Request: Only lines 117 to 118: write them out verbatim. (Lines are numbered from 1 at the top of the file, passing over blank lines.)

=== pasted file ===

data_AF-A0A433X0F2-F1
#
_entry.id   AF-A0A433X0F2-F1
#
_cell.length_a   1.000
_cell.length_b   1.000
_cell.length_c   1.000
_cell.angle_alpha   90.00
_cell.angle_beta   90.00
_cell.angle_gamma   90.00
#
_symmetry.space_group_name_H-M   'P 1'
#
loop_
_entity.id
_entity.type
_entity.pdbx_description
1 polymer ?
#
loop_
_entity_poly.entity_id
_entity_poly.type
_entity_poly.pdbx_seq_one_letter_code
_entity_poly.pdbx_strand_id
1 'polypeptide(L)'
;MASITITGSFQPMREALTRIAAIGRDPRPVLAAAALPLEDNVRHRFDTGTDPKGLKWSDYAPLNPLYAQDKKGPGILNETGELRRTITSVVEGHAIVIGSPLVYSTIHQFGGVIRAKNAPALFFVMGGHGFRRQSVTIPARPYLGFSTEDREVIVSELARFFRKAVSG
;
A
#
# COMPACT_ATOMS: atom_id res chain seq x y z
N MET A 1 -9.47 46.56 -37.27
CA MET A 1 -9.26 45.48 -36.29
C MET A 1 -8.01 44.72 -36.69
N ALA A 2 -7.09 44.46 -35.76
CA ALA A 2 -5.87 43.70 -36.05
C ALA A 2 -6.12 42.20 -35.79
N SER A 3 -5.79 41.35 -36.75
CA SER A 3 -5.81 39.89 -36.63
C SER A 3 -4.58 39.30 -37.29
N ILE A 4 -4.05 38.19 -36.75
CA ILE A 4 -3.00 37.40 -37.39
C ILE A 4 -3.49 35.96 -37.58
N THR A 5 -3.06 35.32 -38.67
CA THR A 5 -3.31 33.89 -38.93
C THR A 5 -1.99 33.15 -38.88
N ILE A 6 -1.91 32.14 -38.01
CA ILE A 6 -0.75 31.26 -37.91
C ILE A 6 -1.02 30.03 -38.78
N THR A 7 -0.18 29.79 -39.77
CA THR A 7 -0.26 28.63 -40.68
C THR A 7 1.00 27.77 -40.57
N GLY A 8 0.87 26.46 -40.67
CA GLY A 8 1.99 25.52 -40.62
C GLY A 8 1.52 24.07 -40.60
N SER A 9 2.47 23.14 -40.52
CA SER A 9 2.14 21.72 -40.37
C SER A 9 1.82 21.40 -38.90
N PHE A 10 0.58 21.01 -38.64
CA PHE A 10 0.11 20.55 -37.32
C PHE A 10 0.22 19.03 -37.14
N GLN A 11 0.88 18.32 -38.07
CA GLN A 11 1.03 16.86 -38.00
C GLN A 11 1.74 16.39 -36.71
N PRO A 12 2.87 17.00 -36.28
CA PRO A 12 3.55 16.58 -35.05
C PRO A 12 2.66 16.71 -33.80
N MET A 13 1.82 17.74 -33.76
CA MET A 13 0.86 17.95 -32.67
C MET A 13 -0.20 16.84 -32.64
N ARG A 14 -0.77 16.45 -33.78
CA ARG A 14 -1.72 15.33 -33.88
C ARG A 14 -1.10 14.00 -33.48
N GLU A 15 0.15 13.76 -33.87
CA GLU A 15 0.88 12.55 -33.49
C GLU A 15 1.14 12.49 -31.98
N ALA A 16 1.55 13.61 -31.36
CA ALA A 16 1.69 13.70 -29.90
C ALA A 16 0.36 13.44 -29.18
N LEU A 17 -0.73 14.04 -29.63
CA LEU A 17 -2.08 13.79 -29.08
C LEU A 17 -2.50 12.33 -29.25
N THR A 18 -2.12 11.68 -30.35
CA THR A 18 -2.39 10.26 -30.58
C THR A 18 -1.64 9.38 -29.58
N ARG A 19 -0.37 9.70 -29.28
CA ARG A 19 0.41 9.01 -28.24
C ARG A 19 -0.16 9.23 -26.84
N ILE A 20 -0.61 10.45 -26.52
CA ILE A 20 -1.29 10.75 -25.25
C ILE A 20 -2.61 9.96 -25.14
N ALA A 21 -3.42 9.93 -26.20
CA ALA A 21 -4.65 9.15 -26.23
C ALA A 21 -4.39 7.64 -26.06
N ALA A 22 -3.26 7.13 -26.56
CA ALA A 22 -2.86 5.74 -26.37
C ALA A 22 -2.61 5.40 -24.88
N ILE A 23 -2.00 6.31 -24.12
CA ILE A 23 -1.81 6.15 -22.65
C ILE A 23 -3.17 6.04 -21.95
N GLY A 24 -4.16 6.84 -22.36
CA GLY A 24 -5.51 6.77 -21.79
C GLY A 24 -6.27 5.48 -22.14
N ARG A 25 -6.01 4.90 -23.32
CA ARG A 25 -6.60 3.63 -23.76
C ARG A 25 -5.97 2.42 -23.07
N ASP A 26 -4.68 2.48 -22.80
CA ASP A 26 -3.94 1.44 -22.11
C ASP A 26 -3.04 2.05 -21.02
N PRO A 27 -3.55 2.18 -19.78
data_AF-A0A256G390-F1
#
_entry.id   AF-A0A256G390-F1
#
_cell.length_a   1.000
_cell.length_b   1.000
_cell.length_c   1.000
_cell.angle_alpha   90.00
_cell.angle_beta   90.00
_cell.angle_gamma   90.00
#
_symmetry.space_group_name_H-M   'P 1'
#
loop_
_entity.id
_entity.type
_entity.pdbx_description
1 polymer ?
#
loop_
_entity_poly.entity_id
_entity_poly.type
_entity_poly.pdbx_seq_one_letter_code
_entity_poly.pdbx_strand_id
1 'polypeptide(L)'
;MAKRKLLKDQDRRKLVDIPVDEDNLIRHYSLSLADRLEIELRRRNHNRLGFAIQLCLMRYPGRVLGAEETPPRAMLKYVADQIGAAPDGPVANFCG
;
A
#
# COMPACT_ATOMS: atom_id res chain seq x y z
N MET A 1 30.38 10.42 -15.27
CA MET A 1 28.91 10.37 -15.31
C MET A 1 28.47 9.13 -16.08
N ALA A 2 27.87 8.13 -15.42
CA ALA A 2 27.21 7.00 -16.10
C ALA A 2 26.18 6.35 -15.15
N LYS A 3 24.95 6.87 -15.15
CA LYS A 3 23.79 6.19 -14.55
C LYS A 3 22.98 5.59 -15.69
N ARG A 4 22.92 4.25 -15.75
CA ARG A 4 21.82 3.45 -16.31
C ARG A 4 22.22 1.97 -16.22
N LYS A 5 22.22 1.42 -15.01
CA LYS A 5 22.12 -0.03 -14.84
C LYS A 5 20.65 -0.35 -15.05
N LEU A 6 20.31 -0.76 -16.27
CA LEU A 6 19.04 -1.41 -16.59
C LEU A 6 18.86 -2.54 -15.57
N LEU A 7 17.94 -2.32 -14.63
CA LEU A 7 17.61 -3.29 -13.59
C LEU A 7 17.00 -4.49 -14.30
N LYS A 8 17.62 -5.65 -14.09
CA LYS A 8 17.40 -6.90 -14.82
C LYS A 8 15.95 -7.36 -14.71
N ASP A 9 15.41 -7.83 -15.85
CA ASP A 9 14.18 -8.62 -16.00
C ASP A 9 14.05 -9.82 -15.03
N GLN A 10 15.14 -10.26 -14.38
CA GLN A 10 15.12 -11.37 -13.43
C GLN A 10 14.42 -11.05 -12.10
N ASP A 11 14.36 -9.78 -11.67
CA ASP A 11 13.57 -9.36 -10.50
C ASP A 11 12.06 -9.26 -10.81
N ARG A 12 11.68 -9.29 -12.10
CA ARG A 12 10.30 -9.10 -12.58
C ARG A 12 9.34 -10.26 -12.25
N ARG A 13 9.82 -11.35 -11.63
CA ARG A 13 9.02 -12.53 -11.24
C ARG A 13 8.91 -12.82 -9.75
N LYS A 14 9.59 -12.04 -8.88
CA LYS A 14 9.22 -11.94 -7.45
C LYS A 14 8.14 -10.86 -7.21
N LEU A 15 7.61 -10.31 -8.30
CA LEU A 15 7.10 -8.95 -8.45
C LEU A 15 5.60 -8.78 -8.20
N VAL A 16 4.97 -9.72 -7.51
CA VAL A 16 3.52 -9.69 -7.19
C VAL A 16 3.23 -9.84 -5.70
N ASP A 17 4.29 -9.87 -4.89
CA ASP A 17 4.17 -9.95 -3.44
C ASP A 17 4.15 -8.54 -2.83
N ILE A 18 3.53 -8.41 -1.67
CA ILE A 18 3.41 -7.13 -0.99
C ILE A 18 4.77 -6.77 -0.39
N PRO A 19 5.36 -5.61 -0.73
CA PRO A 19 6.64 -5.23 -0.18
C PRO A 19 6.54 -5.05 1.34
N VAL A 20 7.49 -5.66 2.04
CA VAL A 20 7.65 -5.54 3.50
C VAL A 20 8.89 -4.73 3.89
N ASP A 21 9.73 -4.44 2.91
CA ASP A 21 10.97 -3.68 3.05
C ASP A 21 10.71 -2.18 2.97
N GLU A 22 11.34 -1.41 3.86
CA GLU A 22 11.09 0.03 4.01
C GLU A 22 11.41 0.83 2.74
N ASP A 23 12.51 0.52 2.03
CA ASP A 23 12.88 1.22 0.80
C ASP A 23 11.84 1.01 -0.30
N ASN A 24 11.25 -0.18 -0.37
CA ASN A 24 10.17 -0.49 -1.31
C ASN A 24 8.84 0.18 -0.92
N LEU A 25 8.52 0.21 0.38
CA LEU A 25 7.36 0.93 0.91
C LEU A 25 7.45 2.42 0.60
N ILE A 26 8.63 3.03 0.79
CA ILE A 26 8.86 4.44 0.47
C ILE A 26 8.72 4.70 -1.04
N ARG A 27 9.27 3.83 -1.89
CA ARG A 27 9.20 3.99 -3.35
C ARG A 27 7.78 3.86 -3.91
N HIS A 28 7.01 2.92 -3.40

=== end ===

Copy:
_cell.angle_alpha   90.00
_cell.angle_beta   90.00